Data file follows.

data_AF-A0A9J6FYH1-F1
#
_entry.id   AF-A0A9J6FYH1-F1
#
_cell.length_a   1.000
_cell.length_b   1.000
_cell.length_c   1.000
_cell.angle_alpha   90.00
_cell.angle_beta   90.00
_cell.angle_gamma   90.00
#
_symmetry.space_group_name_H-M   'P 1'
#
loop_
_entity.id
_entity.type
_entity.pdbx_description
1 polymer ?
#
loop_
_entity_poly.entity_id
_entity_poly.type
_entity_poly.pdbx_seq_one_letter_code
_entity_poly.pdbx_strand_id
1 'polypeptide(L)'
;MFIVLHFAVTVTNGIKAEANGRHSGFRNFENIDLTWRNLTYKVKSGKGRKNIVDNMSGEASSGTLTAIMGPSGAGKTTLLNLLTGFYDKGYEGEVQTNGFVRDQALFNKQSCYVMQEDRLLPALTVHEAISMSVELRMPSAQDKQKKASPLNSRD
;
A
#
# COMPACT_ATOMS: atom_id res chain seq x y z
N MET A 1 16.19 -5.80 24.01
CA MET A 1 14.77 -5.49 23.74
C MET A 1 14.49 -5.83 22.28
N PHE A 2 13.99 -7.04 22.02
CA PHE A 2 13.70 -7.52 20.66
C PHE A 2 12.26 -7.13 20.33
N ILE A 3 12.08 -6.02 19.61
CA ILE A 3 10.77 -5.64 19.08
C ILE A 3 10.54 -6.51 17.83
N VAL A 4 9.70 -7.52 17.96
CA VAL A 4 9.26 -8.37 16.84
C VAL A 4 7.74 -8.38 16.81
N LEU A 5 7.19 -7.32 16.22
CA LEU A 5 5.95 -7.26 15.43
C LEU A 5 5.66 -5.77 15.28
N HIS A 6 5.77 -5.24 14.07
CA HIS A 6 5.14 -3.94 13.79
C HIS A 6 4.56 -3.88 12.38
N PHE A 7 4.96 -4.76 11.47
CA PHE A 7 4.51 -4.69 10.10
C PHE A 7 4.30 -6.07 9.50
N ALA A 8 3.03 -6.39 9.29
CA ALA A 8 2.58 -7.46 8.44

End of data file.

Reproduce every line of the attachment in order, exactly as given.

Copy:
data_AF-A0A9J6FYH1-F1
#
_entry.id   AF-A0A9J6FYH1-F1
#
_cell.length_a   1.000
_cell.length_b   1.000
_cell.length_c   1.000
_cell.angle_alpha   90.00
_cell.angle_beta   90.00
_cell.angle_gamma   90.00
#
_symmetry.space_group_name_H-M   'P 1'
#
loop_
_entity.id
_entity.type
_entity.pdbx_description
1 polymer ?
#
loop_
_entity_poly.entity_id
_entity_poly.type
_entity_poly.pdbx_seq_one_letter_code
_entity_poly.pdbx_strand_id
1 'polypeptide(L)'
;MFIVLHFAVTVTNGIKAEANGRHSGFRNFENIDLTWRNLTYKVKSGKGRKNIVDNMSGEASSGTLTAIMGPSGAGKTTLLNLLTGFYDKGYEGEVQTNGFVRDQALFNKQSCYVMQEDRLLPALTVHEAISMSVELRMPSAQDKQKKASPLNSRD
;
A
#
# COMPACT_ATOMS: atom_id res chain seq x y z
N MET A 1 16.19 -5.80 24.01
CA MET A 1 14.77 -5.49 23.74
C MET A 1 14.49 -5.83 22.28
N PHE A 2 13.99 -7.04 22.02
CA PHE A 2 13.70 -7.52 20.66
C PHE A 2 12.26 -7.13 20.33
N ILE A 3 12.08 -6.02 19.61
CA ILE A 3 10.77 -5.64 19.08
C ILE A 3 10.54 -6.51 17.83
N VAL A 4 9.70 -7.52 17.96
CA VAL A 4 9.26 -8.37 16.84
C VAL A 4 7.74 -8.38 16.81
N LEU A 5 7.19 -7.32 16.22
CA LEU A 5 5.95 -7.26 15.43
C LEU A 5 5.66 -5.77 15.28
N HIS A 6 5.77 -5.24 14.07
CA HIS A 6 5.14 -3.94 13.79
C HIS A 6 4.56 -3.88 12.38
N PHE A 7 4.96 -4.76 11.47
CA PHE A 7 4.51 -4.69 10.10
C PHE A 7 4.30 -6.07 9.50
N ALA A 8 3.03 -6.39 9.29
CA ALA A 8 2.58 -7.46 8.44